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Rose Glass

Full name

Rosabel Glass

Alternative names

Rose Glass

Presence at Shimer

18951899

Presence on Earth

1880–

Role(s)

Seminary period alum

Rosabel Glass was a student of Shimer College during the late Seminary period and early Academy period. She graduated in 1899.

Glass taught high school for many years in Seattle, Washington, where she retired in 1947. She taught at Lincoln and Roosevelt high schools, and was also periodically involved in school administration and counseling. She was awarded national Teacher of the Year in 1956.[1]

Glass was an assistant editor of the Votes for Women monthly, published during the Washington state women's suffrage campaign of 1910.[1]

Glass received a Distinguished Alumni Award from Shimer College in 1967.[1]

Shimer connectionsEdit

WritingsEdit

MentionedEdit

  • in "School Notes", Morning Olympian, 1900-09-04, page 1:
    The Tumwater school opened yesterday with J.C. McKee, principal, assisted by Miss Rosabel Glass of this city.
  • in Seattle's women teachers of the interwar years, Doris Hinson Pieroth, p. 179:
    "Every school had a girls club office, but Roosevelt had the Rose Garden. Each spring the Rose Maidens helped install the new club officers and pass the torch in the "mystic rites of the Rose Garden." Any number of Roosevelt graduates would later agree that "It was a big deal and [Miss Glass] choreographed the whole thing."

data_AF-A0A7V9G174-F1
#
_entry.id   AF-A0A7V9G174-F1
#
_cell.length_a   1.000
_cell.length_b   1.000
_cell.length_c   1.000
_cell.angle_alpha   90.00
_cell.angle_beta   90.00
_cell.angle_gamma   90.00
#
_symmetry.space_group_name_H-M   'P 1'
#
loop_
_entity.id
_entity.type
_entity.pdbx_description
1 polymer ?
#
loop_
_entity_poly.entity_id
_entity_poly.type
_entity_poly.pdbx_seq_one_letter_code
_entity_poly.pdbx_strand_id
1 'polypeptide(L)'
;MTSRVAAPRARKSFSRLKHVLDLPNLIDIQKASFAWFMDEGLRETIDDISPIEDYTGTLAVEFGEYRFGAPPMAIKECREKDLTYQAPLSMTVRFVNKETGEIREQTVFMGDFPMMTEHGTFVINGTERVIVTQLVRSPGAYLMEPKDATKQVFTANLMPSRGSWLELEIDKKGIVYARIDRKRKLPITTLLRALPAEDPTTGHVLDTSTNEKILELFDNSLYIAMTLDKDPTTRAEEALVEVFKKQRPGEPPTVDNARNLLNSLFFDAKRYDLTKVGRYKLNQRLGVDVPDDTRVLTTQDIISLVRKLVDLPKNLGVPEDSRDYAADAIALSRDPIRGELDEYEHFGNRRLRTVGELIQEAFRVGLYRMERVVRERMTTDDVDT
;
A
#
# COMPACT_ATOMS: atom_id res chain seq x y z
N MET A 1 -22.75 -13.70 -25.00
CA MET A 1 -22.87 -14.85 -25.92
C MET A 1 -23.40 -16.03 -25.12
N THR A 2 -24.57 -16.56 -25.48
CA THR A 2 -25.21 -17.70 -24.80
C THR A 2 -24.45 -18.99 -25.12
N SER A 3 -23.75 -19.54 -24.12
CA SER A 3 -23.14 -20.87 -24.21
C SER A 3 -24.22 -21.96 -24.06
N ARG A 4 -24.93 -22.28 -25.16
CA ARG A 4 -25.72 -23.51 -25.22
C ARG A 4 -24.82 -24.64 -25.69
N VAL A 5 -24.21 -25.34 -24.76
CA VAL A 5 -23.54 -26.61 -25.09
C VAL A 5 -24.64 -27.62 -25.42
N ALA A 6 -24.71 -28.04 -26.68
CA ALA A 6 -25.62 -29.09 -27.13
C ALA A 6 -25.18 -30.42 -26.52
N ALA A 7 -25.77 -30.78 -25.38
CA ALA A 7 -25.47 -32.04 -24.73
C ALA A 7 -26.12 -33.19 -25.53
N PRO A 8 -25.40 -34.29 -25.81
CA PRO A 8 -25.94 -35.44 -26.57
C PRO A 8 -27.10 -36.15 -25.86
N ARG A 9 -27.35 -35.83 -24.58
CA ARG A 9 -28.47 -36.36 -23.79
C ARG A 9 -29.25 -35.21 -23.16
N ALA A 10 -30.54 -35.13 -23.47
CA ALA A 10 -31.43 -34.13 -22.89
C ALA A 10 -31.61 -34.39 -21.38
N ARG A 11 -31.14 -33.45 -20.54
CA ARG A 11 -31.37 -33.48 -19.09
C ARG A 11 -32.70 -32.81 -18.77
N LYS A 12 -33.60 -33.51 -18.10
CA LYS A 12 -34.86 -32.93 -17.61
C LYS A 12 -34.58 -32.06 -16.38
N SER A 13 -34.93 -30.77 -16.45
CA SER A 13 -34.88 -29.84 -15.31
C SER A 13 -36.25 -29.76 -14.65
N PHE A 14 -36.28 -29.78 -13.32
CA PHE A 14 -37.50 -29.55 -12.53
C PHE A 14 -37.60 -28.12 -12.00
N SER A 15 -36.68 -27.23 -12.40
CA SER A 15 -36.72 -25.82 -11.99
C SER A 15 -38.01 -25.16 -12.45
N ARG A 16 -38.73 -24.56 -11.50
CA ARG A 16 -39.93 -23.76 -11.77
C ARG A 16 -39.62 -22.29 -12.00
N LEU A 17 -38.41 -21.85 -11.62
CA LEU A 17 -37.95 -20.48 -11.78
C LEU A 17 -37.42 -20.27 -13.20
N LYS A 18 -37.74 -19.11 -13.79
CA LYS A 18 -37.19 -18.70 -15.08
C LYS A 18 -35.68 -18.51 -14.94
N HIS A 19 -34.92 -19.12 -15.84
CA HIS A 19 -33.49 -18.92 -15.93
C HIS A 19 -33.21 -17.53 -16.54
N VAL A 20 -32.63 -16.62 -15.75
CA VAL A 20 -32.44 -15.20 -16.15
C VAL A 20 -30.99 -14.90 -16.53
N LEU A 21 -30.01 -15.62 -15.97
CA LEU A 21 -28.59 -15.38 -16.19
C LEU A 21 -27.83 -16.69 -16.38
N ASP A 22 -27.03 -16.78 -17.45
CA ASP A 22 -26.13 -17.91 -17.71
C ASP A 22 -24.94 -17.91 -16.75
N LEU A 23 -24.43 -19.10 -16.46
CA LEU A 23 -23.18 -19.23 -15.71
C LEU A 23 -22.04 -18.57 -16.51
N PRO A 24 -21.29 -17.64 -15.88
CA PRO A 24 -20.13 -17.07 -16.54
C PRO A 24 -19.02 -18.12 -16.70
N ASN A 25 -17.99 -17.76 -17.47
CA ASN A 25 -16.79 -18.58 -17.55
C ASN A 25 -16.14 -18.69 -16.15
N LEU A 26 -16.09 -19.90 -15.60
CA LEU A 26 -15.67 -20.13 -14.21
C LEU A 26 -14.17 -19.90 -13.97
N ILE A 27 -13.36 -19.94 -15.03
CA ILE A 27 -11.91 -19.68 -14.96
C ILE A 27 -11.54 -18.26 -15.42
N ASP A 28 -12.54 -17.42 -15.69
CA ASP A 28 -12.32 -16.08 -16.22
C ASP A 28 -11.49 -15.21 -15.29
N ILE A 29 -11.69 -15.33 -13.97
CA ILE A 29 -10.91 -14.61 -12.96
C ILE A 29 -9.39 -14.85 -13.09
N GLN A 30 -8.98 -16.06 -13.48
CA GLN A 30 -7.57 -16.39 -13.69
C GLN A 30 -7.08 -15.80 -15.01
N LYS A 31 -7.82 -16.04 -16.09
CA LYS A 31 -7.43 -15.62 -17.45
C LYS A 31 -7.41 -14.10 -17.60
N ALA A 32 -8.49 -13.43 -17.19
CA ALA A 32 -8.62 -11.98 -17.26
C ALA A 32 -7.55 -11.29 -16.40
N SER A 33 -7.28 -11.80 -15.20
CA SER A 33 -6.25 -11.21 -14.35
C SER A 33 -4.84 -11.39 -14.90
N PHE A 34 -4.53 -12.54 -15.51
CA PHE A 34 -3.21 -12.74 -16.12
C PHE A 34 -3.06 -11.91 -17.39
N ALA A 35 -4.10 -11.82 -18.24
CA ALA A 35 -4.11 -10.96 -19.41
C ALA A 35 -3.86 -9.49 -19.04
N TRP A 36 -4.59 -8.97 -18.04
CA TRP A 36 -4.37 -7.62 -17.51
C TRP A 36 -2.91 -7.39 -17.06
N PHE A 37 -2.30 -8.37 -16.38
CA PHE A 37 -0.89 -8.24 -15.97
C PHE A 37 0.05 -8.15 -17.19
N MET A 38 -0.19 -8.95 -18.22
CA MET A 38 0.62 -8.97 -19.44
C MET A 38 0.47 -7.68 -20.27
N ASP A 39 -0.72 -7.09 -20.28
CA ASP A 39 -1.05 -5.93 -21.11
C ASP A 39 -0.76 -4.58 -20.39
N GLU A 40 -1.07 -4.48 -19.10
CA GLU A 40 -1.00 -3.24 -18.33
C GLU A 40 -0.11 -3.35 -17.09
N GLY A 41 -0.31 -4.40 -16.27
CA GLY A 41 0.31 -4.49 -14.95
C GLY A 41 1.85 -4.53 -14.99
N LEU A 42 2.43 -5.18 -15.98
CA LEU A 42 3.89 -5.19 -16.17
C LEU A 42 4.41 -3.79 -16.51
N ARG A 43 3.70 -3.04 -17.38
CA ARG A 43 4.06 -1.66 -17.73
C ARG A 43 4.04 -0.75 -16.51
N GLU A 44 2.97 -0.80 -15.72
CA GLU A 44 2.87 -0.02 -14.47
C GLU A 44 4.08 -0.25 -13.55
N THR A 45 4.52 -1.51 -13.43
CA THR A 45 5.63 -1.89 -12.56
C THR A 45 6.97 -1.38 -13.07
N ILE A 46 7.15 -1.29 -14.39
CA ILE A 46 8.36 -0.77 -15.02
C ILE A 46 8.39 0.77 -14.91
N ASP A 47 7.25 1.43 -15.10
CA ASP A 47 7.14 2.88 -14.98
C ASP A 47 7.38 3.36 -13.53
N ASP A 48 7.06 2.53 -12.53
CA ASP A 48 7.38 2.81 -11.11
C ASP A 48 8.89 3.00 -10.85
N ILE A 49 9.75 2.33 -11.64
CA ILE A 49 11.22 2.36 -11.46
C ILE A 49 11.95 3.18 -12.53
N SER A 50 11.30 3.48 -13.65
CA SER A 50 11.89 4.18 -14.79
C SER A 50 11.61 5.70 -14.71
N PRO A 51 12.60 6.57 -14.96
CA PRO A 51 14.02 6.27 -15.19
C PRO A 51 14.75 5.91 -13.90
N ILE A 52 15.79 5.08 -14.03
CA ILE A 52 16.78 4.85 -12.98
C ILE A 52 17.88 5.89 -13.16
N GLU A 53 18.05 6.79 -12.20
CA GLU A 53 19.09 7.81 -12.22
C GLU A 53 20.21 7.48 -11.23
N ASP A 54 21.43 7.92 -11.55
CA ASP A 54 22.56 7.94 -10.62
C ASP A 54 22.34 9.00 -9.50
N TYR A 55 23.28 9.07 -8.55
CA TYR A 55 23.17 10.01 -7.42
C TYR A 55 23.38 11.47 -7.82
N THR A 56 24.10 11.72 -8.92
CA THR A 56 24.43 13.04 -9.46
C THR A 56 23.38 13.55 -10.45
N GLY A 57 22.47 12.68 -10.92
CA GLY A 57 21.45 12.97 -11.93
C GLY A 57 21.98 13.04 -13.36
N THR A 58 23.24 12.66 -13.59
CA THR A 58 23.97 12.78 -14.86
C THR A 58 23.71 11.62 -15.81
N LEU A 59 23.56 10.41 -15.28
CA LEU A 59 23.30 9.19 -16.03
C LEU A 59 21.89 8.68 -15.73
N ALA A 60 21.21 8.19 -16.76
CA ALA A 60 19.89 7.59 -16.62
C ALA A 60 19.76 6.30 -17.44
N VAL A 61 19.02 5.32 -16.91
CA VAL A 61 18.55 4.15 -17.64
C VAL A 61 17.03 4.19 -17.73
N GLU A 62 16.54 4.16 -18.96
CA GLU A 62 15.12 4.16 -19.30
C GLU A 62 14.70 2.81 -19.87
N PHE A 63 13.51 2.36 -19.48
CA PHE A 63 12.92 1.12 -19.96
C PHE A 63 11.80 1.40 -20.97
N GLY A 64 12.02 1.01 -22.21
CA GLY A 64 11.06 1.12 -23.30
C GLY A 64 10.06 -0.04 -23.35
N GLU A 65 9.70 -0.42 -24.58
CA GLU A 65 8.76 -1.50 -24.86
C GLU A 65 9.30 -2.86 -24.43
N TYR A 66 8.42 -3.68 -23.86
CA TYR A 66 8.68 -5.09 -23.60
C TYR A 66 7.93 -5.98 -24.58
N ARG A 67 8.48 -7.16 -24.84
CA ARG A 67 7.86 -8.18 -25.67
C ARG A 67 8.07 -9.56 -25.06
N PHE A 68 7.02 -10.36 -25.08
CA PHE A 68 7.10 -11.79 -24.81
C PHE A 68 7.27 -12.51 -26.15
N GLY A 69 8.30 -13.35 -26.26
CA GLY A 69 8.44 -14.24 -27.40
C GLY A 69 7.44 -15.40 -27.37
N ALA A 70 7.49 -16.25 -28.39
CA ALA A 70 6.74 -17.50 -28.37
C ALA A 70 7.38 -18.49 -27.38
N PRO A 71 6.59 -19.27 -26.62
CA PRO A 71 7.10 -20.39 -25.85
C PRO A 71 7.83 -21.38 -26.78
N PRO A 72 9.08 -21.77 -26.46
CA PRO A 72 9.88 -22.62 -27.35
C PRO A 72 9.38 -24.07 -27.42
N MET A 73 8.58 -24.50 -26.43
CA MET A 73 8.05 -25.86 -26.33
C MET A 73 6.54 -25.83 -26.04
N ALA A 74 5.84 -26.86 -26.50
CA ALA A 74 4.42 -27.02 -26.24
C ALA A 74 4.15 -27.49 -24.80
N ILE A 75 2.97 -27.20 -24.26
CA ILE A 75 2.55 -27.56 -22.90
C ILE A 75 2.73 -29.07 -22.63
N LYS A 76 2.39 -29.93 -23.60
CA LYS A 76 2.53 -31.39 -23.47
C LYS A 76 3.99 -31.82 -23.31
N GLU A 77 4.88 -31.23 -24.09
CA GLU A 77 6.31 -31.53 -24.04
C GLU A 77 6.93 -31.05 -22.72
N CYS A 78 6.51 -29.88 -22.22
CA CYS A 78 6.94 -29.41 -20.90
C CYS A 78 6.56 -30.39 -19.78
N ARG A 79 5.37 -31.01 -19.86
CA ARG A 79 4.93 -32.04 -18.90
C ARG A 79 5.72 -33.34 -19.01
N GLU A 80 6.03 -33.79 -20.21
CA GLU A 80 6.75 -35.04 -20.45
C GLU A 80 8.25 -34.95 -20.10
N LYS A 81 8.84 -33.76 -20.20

Every high school enjoyed visits of dignitaries, but only Roosevelt hosted royalty. Rose Glass and Queen Marie of Romania had met during the war and become friends; the gregarious American invited the queen to visit her in Seattle. On her grand tour of the United States in 1926, Queen Marie did just that. One student remembered her visit as "Rose Glass's big day," when the entire student body welcomed her friend the queen on the school's front steps.
    She and her sister, Florence, had always lived together and after 1947 they moved to Wesley Gardens, a retirement center south of Seattle. There, Miss Glass served as social director, and, not surprisingly, the one-time national president of the Women's Overseas Service League traveled, too. She celebrated her eighty-first birthday during a four-month trip around the world in 1936; former students hosted her on three continents.

ReferencesEdit

  1. 1.0 1.1 Shimer College Record 59:2, July 1967.


This page is part of the Shimer College Wiki, an independent documentation project. Shimer College, the Great Books college of Chicago, is not responsible for its content.



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